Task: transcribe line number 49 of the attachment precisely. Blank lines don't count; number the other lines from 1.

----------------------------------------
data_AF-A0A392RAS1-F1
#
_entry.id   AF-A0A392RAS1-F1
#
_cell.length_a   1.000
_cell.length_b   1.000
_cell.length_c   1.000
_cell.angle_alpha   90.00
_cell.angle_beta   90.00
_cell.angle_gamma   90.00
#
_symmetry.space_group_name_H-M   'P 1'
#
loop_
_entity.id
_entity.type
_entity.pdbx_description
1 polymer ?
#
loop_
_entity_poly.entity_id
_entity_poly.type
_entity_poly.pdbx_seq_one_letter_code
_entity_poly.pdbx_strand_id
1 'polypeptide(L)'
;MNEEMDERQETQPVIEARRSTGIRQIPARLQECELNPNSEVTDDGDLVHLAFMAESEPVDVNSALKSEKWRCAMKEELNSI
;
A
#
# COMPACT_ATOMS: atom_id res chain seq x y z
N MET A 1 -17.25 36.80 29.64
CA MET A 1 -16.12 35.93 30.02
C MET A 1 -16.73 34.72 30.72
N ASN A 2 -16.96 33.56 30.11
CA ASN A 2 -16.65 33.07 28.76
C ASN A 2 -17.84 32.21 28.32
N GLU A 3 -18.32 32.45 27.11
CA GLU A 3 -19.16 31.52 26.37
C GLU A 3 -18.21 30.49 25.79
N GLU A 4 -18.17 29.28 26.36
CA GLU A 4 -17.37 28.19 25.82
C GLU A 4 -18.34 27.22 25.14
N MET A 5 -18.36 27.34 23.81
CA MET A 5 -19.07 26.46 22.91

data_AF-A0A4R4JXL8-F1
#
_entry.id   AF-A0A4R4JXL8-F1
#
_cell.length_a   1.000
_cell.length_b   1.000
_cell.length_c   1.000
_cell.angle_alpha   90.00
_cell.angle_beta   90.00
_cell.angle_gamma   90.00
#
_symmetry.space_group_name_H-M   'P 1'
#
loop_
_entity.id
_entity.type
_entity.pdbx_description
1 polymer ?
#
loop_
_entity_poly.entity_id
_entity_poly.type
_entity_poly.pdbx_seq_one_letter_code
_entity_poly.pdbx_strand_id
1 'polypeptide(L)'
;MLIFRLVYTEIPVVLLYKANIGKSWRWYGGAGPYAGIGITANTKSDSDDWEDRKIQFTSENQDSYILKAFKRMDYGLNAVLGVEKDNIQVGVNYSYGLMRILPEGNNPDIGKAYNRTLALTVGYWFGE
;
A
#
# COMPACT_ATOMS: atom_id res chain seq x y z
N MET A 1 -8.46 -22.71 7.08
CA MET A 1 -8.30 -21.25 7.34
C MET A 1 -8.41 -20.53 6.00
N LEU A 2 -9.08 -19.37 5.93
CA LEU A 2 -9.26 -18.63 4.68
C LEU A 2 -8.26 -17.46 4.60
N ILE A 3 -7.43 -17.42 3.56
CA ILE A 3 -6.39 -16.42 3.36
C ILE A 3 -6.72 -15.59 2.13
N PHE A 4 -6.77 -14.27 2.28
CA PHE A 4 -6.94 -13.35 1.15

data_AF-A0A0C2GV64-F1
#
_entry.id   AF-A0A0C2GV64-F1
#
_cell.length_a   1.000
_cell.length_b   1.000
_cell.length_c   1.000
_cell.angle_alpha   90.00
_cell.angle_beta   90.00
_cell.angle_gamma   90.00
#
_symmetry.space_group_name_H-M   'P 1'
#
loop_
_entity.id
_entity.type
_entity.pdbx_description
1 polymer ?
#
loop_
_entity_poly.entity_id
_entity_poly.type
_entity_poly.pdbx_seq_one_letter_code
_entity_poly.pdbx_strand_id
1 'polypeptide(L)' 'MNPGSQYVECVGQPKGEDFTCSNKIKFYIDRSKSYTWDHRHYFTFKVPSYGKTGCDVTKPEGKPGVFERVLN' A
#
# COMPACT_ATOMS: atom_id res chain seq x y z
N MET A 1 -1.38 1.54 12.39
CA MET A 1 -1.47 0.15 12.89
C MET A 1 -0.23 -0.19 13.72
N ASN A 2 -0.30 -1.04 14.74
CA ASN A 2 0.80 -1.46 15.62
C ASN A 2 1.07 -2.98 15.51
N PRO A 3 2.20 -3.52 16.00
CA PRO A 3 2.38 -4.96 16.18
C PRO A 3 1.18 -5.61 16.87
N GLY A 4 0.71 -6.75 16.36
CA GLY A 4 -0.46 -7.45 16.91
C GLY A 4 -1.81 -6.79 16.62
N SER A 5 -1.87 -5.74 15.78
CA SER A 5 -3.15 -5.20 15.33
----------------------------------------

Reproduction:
_cell.length_a   1.000